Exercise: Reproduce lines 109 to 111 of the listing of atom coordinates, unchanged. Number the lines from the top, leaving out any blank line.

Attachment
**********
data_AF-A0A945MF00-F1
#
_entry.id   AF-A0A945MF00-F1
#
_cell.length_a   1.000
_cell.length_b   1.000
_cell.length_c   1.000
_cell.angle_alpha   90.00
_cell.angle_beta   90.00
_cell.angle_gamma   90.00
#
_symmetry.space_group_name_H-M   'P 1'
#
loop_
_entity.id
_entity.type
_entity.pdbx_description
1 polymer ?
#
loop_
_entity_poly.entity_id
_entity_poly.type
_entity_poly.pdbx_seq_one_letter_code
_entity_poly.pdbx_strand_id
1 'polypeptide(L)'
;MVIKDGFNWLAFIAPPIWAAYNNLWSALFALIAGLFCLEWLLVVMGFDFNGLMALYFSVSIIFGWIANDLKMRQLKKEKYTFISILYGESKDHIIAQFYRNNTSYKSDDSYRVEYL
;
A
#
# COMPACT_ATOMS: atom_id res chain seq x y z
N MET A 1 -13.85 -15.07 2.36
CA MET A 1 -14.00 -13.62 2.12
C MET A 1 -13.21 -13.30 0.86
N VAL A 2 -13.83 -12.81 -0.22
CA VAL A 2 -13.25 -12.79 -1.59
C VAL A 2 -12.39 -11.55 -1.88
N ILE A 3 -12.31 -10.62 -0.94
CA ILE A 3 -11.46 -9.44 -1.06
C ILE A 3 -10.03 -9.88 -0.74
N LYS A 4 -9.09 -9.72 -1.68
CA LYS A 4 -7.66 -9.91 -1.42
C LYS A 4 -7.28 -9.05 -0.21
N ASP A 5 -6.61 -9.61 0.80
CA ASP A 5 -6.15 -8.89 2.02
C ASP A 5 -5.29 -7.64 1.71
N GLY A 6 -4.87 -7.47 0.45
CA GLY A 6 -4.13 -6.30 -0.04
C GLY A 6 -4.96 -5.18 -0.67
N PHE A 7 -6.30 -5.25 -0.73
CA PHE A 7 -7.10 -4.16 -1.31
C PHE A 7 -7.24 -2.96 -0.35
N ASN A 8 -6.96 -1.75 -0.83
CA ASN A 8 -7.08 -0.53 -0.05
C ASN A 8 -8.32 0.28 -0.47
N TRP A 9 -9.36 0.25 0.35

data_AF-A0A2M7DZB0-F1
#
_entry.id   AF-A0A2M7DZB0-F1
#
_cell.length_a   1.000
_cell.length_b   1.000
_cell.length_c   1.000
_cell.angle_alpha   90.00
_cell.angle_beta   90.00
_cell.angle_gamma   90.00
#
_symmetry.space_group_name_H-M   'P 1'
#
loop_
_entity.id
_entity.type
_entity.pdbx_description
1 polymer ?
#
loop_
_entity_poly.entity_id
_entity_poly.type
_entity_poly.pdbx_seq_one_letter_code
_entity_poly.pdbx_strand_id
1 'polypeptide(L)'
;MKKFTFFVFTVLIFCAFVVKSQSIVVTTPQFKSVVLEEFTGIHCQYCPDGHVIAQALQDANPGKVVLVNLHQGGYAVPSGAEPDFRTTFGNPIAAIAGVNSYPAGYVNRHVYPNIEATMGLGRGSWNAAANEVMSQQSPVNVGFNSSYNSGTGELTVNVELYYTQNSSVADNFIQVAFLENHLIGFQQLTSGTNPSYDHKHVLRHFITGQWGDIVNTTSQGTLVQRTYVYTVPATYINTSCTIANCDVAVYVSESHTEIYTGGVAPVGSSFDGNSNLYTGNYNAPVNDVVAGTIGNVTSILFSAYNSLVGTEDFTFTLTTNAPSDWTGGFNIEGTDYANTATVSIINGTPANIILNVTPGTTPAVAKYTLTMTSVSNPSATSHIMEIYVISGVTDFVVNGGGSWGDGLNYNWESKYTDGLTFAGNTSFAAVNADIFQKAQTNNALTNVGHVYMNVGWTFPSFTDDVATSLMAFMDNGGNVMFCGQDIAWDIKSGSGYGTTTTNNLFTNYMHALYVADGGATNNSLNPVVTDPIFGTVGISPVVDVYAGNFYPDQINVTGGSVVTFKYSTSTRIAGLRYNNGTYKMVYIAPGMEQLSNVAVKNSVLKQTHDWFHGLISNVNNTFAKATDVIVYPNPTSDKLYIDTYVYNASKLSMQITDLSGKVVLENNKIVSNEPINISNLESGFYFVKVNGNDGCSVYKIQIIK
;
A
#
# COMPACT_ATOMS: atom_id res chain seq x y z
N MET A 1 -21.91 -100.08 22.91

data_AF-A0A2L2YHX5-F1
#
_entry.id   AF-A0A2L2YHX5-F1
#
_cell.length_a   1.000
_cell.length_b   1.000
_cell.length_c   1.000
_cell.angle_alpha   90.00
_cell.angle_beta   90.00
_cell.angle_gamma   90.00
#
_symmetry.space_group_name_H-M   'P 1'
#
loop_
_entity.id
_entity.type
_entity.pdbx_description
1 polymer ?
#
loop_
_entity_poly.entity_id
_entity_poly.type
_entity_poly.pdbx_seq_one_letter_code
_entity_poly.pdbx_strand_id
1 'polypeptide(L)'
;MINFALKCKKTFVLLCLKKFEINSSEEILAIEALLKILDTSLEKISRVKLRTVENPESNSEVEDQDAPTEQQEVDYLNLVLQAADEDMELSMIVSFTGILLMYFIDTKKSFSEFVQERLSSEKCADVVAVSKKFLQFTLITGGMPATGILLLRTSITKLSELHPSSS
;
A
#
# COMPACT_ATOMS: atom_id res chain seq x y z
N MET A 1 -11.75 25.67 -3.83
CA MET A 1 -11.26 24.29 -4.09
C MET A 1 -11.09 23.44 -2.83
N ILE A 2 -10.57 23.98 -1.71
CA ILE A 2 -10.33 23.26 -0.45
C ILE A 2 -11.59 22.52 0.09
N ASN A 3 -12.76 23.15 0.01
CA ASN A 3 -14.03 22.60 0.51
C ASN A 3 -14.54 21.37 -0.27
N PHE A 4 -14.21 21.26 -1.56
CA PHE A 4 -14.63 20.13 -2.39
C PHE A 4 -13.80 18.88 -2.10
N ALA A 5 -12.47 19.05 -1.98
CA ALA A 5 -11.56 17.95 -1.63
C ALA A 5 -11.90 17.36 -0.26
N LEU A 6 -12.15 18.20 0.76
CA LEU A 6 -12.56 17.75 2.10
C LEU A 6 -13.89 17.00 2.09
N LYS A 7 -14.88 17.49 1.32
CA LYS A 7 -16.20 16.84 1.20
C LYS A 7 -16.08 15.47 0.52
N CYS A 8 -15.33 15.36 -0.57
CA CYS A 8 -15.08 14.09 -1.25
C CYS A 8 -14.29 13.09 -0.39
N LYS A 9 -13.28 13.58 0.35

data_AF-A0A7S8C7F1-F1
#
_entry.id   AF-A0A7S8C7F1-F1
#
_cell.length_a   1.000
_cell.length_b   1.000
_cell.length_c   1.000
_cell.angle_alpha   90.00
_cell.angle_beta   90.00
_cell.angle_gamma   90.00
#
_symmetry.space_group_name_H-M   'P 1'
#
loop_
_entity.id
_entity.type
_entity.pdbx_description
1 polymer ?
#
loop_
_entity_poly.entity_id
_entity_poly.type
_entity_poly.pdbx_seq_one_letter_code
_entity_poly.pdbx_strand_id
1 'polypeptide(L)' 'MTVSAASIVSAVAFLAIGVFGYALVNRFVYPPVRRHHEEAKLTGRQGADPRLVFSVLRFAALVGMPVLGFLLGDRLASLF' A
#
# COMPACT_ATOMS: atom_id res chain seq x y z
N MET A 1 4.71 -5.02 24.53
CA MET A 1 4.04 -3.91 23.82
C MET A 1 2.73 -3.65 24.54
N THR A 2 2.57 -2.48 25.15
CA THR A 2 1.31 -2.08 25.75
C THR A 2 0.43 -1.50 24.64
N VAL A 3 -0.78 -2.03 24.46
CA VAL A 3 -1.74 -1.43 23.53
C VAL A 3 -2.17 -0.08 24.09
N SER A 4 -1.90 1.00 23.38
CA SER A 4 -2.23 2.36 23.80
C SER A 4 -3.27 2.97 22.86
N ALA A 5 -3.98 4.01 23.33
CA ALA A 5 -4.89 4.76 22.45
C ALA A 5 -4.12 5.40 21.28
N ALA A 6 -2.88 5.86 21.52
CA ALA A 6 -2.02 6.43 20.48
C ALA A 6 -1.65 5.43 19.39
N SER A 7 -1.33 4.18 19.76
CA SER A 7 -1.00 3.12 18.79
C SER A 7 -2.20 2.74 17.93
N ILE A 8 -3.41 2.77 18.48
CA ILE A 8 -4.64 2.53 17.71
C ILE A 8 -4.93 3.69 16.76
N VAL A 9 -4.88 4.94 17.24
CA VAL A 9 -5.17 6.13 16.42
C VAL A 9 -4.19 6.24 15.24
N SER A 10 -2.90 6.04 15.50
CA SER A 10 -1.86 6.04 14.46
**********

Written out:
_entity_poly.pdbx_seq_one_letter_code
_entity_poly.pdbx_strand_id
1 'polypeptide(L)'